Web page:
Molecular, Cellular, Behavioral Biology and

Translational Research in Neurodegeneration

Our long-term goal is to understand the molecular and cellular mechanisms of neurodegeneration that causes human neurological disorders such as Parkinson’s, Huntington’s and Alzheimer’s diseases. Our mission is to translate our knowledge from basic research to the development of molecular diagnostics and therapeutics for neurological disorders. Our primary research interests encompass molecular and cellularpathways for autophagy-lysosome degradation, synaptic vesicle trafficking, neuroinflammation, and protein/lipid kinase signaling in neuropathogenesis.

Autophagy-lysosome pathways

Autophagy-lysosome pathway as neuroprotection mechanism in the maintenance of axon and dendrite homeostasis and the clearance of protein aggregates, including polyQ expansion proteins (such as Huntingtin), tau and alpha-synuclein. The regulation of autophagy and endocytosis in neurons and neurodegeneration by PI3K-III lipid kinase complex proteins, including the modulators/adaptors: Beclin 1, Atg14L, URRAG, Rubicon and NRBF2; development of small compounds as modulators for PI3K-III activity and neuronal autophagy.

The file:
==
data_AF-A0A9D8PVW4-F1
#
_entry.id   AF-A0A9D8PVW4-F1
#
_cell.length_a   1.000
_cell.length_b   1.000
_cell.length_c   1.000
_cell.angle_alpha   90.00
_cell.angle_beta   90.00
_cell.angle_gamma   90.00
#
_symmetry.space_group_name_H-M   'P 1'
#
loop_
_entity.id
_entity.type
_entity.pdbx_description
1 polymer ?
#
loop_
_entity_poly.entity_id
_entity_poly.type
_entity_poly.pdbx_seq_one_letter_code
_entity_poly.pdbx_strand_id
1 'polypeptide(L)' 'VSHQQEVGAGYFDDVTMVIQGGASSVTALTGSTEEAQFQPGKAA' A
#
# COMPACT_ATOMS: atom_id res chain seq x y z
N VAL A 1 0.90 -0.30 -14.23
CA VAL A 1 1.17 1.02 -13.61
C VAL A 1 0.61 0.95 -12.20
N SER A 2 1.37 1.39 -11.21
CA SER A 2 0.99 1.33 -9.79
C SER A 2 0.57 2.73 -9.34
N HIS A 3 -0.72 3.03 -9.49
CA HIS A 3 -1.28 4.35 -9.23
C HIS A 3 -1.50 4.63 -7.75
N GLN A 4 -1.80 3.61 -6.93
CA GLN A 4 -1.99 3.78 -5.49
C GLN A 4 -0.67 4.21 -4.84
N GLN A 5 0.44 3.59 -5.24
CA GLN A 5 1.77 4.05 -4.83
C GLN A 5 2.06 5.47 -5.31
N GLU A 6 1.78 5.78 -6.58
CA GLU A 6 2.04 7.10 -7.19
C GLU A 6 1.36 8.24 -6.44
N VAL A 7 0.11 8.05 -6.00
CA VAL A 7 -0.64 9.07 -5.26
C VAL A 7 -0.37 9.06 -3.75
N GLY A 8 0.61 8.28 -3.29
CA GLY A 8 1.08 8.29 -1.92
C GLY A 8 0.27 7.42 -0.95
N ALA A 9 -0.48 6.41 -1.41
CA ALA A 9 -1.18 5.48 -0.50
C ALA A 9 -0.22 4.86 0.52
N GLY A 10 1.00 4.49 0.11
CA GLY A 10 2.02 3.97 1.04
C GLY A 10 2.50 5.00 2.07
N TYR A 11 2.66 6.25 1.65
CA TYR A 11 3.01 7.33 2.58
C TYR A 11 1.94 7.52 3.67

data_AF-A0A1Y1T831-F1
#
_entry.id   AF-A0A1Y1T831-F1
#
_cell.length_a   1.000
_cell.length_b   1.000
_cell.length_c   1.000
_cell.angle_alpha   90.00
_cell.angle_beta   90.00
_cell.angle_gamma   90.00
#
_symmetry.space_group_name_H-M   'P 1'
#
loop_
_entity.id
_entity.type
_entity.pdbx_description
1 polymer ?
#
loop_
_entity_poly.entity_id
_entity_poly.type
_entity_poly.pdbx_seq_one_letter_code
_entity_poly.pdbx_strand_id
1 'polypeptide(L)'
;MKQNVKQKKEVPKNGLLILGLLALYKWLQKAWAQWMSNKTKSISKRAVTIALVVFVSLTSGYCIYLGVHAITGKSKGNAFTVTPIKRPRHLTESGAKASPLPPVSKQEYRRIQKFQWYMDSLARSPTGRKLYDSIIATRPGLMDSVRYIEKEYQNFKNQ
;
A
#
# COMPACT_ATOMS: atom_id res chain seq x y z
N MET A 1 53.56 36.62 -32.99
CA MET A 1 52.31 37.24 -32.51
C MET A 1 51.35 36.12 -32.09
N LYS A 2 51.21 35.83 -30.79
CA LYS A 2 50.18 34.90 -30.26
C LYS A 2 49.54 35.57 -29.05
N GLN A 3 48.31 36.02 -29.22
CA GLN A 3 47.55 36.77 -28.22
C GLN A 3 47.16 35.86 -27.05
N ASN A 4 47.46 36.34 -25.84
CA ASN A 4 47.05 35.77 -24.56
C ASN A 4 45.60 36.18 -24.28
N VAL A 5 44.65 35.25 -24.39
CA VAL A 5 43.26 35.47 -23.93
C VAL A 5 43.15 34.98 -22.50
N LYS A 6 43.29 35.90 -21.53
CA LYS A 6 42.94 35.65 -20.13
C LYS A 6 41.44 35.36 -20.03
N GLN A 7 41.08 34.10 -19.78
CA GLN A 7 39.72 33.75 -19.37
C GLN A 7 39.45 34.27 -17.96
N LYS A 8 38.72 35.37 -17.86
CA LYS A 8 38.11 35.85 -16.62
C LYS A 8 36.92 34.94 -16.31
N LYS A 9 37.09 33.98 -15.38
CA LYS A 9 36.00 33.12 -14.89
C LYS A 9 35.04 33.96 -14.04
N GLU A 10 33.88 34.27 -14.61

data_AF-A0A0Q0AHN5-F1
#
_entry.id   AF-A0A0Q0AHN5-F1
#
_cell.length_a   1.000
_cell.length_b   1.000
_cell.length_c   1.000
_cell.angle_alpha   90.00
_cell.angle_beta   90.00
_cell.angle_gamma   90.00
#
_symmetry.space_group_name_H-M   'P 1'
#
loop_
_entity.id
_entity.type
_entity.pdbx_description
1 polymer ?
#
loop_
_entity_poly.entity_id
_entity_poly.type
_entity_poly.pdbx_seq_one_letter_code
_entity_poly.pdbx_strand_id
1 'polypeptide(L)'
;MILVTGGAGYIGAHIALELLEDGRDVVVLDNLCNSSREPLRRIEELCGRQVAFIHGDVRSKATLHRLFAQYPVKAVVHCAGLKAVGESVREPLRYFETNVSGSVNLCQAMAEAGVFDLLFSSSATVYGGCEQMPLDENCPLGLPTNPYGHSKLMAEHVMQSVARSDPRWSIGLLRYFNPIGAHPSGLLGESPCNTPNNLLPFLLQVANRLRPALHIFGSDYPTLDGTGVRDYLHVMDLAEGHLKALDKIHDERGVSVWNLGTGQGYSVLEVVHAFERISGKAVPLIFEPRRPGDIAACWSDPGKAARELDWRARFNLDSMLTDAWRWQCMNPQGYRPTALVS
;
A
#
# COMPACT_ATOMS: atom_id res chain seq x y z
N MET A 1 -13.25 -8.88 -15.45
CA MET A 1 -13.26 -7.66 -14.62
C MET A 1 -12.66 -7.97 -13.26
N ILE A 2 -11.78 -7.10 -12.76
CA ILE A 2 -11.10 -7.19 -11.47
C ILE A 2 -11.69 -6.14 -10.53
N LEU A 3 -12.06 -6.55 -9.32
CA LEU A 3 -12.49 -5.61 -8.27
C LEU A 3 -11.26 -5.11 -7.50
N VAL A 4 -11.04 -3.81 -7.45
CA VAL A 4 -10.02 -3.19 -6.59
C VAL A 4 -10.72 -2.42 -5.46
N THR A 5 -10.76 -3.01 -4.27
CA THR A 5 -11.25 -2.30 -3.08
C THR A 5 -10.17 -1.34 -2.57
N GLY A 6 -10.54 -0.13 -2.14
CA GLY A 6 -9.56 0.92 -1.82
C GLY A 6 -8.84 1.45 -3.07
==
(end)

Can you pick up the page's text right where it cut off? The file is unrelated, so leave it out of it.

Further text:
LRRK2 protein in Parkinson’s disease

Protein/lipid kinase and phosphatase in regulating synaptic vesicle trafficking and dysfunction in neurotransmission underlying Parkinson’s disease. The contribution of peripheral immune system and CNS glial cells to the neuroinflammation pathways underlying neurodegeneration mechanism in Parkinson’s disease and other human disorders.